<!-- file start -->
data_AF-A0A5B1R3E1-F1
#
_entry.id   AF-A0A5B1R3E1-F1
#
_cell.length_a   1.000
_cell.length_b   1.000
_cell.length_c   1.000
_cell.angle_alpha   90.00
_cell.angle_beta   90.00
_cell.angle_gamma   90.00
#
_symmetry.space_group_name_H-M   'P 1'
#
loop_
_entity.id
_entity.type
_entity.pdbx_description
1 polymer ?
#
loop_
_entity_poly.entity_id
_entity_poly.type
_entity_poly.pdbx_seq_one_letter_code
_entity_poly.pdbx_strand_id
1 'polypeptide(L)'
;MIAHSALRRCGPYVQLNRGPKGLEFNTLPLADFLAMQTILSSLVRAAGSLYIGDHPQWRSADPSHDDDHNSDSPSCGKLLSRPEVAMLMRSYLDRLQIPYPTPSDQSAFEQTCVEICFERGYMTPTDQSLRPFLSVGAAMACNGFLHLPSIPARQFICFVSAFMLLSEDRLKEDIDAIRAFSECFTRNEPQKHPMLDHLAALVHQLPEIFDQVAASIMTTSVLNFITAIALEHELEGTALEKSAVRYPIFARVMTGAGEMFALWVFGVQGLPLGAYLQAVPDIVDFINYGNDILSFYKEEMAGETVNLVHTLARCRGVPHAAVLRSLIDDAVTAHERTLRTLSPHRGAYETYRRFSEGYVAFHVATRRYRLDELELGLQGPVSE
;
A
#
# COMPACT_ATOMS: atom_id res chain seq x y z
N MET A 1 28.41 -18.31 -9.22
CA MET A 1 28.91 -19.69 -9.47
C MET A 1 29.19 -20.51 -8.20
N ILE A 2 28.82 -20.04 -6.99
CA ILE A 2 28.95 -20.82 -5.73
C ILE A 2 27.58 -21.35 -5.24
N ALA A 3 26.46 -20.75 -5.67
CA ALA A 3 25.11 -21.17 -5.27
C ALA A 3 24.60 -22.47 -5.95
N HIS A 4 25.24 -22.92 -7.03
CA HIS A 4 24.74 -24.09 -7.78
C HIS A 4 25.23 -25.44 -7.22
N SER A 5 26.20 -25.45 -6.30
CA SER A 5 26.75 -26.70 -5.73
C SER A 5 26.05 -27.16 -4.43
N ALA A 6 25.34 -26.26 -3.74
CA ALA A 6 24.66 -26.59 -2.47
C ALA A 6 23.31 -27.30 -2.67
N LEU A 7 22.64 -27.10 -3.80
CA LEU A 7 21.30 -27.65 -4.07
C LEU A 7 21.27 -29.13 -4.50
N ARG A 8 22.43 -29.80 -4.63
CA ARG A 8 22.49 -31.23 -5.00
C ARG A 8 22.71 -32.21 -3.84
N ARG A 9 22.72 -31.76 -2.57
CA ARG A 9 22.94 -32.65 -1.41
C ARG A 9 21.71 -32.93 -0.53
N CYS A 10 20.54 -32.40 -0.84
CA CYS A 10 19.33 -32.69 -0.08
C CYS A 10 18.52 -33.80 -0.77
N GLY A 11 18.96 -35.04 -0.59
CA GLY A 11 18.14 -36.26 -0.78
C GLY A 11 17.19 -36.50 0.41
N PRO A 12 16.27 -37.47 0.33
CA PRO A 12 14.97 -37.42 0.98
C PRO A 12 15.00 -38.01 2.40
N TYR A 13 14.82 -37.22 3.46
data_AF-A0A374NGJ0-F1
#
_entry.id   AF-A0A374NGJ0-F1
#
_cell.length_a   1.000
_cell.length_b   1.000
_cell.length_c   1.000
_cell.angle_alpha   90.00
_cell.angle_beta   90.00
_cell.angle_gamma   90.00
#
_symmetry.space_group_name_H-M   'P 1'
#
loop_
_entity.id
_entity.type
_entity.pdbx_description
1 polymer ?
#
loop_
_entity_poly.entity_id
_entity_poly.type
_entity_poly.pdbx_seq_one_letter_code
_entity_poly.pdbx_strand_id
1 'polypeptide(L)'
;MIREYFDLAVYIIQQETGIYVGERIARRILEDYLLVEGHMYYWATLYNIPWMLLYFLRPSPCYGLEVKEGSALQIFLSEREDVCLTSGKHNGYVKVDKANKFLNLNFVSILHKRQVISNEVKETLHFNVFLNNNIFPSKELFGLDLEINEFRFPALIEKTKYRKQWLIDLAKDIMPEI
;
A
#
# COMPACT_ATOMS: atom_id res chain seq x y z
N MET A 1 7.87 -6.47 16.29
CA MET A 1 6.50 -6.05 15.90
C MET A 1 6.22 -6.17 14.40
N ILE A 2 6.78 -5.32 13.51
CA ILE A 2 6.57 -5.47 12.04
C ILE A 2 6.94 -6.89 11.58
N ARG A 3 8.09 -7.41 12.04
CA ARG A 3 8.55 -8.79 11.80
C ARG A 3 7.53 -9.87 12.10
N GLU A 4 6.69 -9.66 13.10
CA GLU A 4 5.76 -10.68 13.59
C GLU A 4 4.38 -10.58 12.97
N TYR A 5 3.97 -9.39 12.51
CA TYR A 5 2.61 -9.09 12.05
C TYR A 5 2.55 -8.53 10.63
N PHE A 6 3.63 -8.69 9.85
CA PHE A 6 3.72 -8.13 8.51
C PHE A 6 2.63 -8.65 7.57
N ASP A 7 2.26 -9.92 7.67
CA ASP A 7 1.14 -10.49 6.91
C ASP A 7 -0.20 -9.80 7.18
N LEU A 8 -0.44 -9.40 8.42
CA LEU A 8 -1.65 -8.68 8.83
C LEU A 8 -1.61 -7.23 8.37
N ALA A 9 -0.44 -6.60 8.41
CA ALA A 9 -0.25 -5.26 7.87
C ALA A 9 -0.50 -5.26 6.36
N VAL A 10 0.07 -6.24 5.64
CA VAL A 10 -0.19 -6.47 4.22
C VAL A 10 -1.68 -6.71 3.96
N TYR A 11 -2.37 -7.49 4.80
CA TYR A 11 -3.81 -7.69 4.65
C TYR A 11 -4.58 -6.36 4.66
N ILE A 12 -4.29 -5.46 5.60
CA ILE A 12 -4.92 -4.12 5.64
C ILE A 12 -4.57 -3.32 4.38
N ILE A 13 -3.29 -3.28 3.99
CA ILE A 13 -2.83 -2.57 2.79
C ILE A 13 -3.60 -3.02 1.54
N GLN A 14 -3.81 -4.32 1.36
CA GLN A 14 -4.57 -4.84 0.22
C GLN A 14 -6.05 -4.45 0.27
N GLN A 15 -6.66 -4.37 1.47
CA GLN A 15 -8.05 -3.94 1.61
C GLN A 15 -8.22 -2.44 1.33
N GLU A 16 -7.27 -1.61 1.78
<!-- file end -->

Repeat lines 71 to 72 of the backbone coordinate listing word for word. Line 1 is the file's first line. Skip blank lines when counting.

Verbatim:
#
_cell.length_a   1.000